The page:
K2CrO4 Uses (Potassium Chromate)

The uses of potassium chromate are listed below.

  • It is used as an oxidizing agent during organic synthesis.
  • It is used in the qualitative inorganic analysis to detect the ions in aqueous solution.
  • It is used in the manufacture of dyes.
  • It is used in precipitation titrations as an indicator.
  • It is used in the textile dyeing process.
  • It is used in making inks and pigments for paints.
  • It is used as a fungicide.
  • It is used to make several other chromium compounds.
  • It is used in the leaching process.

Potassium chromate is a known human carcinogen and it is associated with an increased risk to develop cancer of the sinonasal cavity and lung cancer.

Potassium Chromate Indicator

Potassium chromate is a metalochrome indicator. Quantitative estimation of chloride, bromide and cyanide ions by titrating with a standard solution of silver nitrate with a few ml of potassium chromate as indicator forms the basis of Mohr’s method. At the equivalence point, the yellow coloured solution of potassium chromate changes to a brick red precipitate of silver chromate.

When potassium chromate is used as an indicator, after the extinction of chloride ions, silver ions react with chromate ions and solubility product of silver chromate is exceeded and it begins to form a reddish-brown precipitate

In precipitation titration a known volume of halide solution taken in a conical flask to which 1-2ml of potassium chromate indicator is added, and titrated against a standard solution of silver nitrate taken in the burette. The indicator forms a red coloured precipitate of silver chromate at the endpoint with the first drop of excess silver nitrate added.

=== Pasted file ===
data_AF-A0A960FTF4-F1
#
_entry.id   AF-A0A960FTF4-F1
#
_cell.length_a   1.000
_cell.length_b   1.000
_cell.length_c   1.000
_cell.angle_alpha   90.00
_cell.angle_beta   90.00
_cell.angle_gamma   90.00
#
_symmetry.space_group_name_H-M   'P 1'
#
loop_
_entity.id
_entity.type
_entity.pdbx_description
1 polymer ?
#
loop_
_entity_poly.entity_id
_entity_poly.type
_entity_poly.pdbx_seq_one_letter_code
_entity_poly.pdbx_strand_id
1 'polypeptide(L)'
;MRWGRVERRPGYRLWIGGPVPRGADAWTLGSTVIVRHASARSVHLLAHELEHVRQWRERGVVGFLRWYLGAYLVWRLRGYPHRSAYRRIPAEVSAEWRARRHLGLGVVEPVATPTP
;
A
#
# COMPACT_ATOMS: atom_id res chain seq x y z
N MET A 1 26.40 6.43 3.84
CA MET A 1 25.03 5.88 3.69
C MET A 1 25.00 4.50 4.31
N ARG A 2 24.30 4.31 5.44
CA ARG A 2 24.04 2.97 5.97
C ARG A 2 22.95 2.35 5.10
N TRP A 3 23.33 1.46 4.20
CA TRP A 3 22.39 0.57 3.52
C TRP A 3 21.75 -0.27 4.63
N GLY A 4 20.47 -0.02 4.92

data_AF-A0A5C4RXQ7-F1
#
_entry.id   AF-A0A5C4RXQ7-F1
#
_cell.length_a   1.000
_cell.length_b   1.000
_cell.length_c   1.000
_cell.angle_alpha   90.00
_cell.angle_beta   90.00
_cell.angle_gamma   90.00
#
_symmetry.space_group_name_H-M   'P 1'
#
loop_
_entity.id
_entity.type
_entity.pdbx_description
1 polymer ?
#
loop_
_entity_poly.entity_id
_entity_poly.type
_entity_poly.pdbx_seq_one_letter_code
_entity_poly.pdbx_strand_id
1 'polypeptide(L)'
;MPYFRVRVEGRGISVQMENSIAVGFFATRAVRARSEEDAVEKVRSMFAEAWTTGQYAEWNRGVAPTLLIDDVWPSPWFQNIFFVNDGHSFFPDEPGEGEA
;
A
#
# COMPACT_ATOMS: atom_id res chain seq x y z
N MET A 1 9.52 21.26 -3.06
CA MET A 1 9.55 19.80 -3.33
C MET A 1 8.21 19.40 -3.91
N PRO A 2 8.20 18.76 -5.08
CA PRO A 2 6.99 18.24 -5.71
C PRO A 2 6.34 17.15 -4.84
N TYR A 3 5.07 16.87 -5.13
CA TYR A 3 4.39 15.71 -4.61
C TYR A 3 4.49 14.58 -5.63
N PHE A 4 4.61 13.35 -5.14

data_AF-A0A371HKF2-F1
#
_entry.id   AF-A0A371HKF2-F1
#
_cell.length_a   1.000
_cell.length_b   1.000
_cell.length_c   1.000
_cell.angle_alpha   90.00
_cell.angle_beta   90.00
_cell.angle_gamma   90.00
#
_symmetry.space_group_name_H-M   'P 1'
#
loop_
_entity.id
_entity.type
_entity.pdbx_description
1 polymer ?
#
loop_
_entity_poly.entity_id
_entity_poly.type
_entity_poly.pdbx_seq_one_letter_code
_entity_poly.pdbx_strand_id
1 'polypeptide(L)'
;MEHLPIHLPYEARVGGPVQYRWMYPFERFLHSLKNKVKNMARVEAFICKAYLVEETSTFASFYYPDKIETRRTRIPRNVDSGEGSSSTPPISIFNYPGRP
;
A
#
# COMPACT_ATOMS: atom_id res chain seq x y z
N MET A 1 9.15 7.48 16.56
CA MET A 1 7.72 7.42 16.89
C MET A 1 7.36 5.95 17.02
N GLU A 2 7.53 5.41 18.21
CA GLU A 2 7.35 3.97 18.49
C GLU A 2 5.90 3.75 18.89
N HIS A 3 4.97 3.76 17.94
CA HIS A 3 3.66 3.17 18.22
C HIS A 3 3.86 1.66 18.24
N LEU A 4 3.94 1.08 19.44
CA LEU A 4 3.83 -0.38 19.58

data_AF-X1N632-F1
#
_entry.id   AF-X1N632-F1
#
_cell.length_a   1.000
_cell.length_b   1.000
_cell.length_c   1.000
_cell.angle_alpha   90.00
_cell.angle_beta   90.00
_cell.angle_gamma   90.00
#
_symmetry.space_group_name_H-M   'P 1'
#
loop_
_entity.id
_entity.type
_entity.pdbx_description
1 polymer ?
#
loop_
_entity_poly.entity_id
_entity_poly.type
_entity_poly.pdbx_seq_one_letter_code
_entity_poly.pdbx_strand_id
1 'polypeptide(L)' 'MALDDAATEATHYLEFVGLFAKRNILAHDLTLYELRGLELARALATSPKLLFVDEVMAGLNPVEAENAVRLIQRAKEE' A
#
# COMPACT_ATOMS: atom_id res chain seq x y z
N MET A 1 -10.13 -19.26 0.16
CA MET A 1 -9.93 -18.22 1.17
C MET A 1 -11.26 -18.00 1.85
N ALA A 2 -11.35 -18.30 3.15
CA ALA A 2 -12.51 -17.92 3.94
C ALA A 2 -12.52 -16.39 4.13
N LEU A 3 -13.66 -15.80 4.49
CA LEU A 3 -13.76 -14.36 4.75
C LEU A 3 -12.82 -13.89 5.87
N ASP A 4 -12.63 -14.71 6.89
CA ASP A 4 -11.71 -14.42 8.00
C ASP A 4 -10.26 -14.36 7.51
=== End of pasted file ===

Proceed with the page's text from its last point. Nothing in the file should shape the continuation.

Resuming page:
1. Is potassium chromate aqueous?
Ans: A yellow crystalline solid is the potassium chromate. It’s water-soluble. The primary danger is an environmental threat. Immediate steps to minimize their spread to the ecosystem should be taken.

2. Is potassium chromate an acid or base?
Ans: Potassium chromate, commonly referred to as tarapacaite, is an inorganic compound at room temperature that is yellow orthorhombic or hexagonal crystal. The absolute density is 2,732 and 968 ° C is the melting point. It is poisonous and can dissolve into water to form a solution for hydrolysis of alkaline chromate ion.

3. What colour is potassium chromate?
Ans: Yellow. Potassium chromate is the chromate anion’s yellow base of potassium chloride. It is a growing chemical in the laboratory, while industrial sodium chromate is essential.

4. Is potassium chromate hazardous?
Ans: Potassium chromate is highly toxic to aquatic organisms and may cause long-term aquatic environmental effects.

5. Why Potassium chromate is used as an indicator?
Ans: Potassium Chromate is used as an indicator with a regular Silver Nitrate solution to assess chloride by titration.

Learn more about the chemical behaviour and importance of K2CrO4 from the expert faculties at BYJU’S.